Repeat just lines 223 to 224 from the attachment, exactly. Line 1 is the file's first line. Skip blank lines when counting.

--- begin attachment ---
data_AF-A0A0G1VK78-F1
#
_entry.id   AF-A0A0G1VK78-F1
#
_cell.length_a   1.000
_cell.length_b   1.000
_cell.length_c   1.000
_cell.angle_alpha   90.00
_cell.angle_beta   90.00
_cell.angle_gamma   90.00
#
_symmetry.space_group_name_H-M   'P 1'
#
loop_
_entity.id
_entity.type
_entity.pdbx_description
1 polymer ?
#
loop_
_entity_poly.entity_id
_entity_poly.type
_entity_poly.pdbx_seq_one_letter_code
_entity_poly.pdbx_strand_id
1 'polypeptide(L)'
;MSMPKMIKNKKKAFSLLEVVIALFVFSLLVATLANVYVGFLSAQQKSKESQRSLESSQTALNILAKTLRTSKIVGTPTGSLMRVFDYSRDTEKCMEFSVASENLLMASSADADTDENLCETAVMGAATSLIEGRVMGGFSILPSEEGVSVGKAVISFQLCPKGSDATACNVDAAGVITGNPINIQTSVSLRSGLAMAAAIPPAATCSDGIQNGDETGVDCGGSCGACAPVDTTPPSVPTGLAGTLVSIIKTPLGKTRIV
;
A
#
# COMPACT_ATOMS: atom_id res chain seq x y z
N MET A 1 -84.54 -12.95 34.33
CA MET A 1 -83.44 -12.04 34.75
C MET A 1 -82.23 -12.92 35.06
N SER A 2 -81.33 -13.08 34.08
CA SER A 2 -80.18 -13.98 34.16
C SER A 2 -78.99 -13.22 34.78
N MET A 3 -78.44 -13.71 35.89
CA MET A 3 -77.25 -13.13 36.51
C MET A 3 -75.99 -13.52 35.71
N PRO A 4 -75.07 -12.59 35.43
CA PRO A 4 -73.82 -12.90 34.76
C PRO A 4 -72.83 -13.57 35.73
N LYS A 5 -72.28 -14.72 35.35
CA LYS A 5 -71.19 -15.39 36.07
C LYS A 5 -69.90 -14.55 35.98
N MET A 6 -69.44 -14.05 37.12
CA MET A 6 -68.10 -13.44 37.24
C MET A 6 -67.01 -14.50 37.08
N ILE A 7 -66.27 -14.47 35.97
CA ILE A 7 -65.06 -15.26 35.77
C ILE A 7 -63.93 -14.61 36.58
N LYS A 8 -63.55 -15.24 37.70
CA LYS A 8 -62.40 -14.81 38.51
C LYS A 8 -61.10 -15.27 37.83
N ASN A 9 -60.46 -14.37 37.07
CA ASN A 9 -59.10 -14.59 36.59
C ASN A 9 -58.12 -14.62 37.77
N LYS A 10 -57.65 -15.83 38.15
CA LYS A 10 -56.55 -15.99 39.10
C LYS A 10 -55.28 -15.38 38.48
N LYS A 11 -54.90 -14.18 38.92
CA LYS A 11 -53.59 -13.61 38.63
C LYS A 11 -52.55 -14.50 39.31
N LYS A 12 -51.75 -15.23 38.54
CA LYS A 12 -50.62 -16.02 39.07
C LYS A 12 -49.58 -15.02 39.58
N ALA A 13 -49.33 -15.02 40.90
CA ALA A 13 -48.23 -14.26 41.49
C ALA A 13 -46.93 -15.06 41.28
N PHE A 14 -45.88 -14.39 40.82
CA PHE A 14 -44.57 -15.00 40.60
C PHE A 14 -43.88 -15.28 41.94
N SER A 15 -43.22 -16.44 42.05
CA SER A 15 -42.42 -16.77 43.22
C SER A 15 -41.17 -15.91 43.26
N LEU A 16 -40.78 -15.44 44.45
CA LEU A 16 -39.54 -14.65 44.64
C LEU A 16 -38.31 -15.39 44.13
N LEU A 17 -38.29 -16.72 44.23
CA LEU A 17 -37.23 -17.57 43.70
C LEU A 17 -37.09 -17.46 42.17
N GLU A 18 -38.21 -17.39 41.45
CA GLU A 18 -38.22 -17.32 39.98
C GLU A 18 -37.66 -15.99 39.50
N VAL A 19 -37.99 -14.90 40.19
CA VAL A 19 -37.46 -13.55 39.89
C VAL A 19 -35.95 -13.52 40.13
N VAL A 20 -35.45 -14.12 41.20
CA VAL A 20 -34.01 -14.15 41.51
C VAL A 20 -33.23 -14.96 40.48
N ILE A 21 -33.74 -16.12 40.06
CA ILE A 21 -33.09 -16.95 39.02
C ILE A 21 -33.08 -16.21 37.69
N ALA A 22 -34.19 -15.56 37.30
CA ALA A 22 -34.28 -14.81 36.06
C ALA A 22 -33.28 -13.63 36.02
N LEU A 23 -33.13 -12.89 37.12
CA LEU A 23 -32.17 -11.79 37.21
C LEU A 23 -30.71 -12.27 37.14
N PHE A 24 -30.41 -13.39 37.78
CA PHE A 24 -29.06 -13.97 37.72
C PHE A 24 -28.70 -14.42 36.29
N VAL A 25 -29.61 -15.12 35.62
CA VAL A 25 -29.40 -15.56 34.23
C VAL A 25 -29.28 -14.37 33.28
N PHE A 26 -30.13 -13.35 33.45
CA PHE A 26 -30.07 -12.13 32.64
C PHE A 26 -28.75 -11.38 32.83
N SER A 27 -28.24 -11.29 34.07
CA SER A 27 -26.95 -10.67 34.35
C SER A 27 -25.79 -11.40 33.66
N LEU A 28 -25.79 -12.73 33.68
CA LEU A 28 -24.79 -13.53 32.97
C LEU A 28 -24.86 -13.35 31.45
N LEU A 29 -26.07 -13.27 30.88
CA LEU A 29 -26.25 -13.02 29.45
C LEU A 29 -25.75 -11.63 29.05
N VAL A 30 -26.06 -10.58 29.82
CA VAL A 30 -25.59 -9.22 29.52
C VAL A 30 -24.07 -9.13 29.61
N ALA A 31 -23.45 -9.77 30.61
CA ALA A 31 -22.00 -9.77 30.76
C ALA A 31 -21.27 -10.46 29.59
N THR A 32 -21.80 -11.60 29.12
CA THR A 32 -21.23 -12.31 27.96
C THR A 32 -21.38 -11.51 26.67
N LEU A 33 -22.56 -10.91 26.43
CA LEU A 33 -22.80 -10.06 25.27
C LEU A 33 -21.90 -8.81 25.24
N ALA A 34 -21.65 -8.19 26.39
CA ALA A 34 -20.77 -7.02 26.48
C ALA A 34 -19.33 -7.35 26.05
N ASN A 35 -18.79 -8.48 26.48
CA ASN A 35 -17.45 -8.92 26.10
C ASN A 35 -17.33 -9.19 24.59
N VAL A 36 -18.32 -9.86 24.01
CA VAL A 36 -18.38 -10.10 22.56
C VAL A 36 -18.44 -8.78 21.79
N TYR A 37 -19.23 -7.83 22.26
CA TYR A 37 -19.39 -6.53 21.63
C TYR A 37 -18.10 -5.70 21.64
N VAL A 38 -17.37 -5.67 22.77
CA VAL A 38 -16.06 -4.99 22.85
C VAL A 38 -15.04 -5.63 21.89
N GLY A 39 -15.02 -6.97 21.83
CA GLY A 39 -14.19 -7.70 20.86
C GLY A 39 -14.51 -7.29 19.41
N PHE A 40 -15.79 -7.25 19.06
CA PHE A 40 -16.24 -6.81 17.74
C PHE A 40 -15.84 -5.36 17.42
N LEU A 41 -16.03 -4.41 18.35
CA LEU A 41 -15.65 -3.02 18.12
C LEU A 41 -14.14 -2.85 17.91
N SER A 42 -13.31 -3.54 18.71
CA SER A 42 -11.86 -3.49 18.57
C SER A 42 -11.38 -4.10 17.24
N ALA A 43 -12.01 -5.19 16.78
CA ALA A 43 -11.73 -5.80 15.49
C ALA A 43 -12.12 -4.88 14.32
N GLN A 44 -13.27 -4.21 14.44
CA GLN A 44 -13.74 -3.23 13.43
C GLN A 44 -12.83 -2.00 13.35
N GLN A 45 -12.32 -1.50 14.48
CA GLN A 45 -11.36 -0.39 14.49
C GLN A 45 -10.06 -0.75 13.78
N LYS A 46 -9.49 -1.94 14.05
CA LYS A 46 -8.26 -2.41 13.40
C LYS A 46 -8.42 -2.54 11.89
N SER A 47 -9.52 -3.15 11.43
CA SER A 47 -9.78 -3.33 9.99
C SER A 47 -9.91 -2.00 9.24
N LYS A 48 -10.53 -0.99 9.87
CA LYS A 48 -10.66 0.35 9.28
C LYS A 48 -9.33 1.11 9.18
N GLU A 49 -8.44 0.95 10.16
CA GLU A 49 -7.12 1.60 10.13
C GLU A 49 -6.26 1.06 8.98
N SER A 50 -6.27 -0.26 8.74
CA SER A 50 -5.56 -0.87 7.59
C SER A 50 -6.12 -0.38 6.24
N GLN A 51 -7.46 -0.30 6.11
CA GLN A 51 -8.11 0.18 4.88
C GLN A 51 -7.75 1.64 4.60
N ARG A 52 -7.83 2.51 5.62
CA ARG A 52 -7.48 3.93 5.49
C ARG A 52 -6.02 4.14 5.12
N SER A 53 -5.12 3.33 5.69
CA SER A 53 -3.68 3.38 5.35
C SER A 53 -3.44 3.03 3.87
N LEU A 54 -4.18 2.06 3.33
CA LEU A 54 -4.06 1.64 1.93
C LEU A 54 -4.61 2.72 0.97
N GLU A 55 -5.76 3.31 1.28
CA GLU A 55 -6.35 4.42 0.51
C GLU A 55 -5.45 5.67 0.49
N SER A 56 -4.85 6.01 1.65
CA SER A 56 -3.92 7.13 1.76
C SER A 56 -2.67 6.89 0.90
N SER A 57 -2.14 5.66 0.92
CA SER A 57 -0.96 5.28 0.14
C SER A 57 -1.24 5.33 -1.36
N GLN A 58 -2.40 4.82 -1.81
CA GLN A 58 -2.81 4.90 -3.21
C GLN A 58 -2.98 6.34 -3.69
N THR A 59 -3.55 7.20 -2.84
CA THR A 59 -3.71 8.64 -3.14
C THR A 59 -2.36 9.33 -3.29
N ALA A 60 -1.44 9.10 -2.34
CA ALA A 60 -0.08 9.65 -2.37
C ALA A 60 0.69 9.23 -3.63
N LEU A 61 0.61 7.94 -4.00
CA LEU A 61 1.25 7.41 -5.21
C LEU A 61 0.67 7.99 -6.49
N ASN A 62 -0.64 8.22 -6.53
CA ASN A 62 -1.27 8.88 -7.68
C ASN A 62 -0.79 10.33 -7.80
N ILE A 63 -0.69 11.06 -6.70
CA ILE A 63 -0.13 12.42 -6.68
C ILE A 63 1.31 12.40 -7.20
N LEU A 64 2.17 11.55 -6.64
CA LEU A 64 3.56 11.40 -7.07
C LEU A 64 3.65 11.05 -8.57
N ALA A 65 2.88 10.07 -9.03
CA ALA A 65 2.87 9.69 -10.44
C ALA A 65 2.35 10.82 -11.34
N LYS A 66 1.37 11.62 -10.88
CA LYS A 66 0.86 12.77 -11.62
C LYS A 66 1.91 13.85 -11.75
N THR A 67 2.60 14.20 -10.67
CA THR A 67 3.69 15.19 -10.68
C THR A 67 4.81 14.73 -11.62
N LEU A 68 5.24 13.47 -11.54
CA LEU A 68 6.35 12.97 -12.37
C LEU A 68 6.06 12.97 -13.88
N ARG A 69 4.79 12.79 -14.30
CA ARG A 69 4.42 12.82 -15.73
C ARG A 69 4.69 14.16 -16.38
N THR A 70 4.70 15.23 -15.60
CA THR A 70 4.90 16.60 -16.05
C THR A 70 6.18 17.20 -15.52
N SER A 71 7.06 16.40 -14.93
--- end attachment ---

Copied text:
N ALA A 65 2.88 10.07 -9.03
CA ALA A 65 2.87 9.69 -10.44